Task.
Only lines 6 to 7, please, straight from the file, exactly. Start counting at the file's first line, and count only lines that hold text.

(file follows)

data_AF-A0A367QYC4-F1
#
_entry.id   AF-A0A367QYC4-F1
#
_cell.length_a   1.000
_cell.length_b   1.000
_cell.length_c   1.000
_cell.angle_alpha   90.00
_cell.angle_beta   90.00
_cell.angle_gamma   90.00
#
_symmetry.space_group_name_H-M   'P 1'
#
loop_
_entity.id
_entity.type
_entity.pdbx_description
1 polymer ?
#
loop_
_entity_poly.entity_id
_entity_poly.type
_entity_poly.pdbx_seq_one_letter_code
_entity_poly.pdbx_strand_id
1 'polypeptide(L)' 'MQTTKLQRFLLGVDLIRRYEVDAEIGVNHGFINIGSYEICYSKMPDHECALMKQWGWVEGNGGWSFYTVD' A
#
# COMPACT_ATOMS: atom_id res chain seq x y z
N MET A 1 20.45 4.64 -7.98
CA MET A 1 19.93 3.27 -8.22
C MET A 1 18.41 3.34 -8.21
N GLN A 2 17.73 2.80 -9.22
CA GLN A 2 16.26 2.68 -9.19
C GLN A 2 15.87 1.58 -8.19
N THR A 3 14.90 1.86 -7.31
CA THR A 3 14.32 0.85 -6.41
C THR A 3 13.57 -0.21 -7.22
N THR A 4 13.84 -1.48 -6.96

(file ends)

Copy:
_cell.length_b   1.000
_cell.length_c   1.000